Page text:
4. Tell me about a successful Product Roadmap you have created? Why was it successful (Client wants to hear revenues and number of customers)
  5. Tell me about an idea that you drove from concept to revenue. What was the product? How was it originated? What did you do to make it successful? Did it make it in the market? Revenues from the product?
  6. Tell me about a product that you brought to market that didn’t make it.  What was the product? What did you do? What would you do differently if you had to do it over?

 Marketing/Product Marketing Interviews

  1. Tell me about a successful Product Launch.
  2. Talk to me about a Marketing Requirements Document you have created.  How do you gather functions/ features?
  3. Tell me about the whitepapers/ technical documents you have created recently? How did you get the information? How did you do it?
  4. How do you spend your week? How do you time slice and prioritize your work?
  5. Tell me about an idea that you drove from concept to revenue. What was the product? How was it originated? What did you do to make it successful? Did it make it in the market
  6. Tell me about a product that you brought to market that didn’t make it.  What was the product? What did you do? What would you do differently if you had to do it over?

Management & Leadership/Team Effectiveness

  1. Describe a recent situation that best illustrates your style in taking charge and leading others to accomplish a task. What was the situation? How did you motivate your team members? Who was the hardest to get on your side? How did you do it?
  2. Tell me about the last meeting you conducted. What was its purpose? What obstacles did you encounter? What were your objectives? Did you meet them? If yes, how? If no, why not?
  3. What was the biggest contribution you have made to the profitability of a business? What problems did you encounter? What was your contribution? Did it work? Why or why not? What was the result?
  4. Tell me about a recent situation in which it was important for you to bring about extra effort on the part of your subordinates. What did you do to motivate them? How did they respond?
  5. Do you conduct formal performance appraisals of your subordinates? Tell me about the last performance appraisal you conducted. Was the appraisal positive or negative? Did the subordinate agree or disagree with your assessment? How did you handle it? What were the results?
  6. Have you had a subordinate who was not performing to the fullest extent of his/her potential? What was the situation? What did you do? What was the outcome?
  7. Have you ever fired anyone? Who did you fire? How long ago was it? What were the circumstances around the event? What did you do and what were the results?

Coaching and Developing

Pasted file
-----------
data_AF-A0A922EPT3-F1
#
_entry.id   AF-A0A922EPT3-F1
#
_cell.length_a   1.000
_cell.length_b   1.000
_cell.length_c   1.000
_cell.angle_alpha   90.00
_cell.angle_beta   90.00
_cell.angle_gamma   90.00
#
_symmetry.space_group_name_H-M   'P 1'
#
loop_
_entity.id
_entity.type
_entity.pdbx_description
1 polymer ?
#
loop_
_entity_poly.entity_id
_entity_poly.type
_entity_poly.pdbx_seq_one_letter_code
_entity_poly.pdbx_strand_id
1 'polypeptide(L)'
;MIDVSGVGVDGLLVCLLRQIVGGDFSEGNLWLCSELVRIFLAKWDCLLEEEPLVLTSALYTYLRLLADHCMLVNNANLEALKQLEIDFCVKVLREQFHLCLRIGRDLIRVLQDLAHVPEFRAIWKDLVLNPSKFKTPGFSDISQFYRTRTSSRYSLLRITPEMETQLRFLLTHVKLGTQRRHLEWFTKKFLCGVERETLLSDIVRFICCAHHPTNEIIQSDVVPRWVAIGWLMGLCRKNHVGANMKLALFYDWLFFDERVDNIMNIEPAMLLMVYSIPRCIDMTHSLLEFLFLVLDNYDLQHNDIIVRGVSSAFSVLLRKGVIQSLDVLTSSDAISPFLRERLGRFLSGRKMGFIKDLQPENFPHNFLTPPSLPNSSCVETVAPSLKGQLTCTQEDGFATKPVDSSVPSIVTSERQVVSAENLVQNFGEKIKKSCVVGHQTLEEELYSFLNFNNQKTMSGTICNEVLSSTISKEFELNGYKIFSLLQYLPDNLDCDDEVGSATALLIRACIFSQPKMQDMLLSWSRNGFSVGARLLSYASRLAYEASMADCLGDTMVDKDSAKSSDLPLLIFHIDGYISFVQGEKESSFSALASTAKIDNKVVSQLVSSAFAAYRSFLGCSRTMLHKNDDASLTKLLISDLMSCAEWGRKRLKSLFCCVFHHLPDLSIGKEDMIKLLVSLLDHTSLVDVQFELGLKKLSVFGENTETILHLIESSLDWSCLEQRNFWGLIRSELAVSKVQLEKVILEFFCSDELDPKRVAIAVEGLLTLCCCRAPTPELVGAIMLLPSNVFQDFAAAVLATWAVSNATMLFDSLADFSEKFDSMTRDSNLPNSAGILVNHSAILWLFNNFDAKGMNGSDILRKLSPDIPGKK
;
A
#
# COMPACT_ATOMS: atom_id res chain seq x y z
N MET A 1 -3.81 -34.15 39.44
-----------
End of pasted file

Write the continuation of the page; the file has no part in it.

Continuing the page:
1. Describe the last important task you delegated. What instructions did you give? How did you check on the progress of the assignment? Was the outcome satisfactory? Why or why not?
  2. When was the last time you coached or gave advice to a subordinate? Describe the situation. What was the issue? What did you advise? How did it turn out?
  3. Tell me about a particular person who has become successful as a result of your actions. Who was the person? What role did you play in their development? What is this person doing today?
  4. Tell me about the last person that you hired who just didn’t work out. What was the problem? What did you do to try and correct it? Where is this person today?

General Interpersonal Effectiveness

  1. Describe the last time you disagreed with one of your bosses or co-workers. What was the reason? How did you express your disagreement? What was the person’s reaction? What was the outcome?
  2. Tell me about the last time that someone criticized your work. What was the situation? What did they do or say? How did you respond? How well did they justify their criticism? How would you handle the situation next time?
  3. Tell me about a recent time when you had to rely on the cooperation of your peers to get a job done. What was the task? How did you go about gaining their cooperation? What difficulties did you run into? How did you handle the difficulties? How did it turn out?
  4. Despite our best intentions, we don’t always see eye-to-eye with people. Tell me about a co-worker who you just don’t seem to get along with. What does this person do that irritates you? Tell me about the time you got along best with this person.
  5. Recall a time when you were really angry or frustrated at work. What was the situation? What did you do about it? How did you resolve the situation? (The value in these questions is as much in how the candidate answers them as what he/she says.)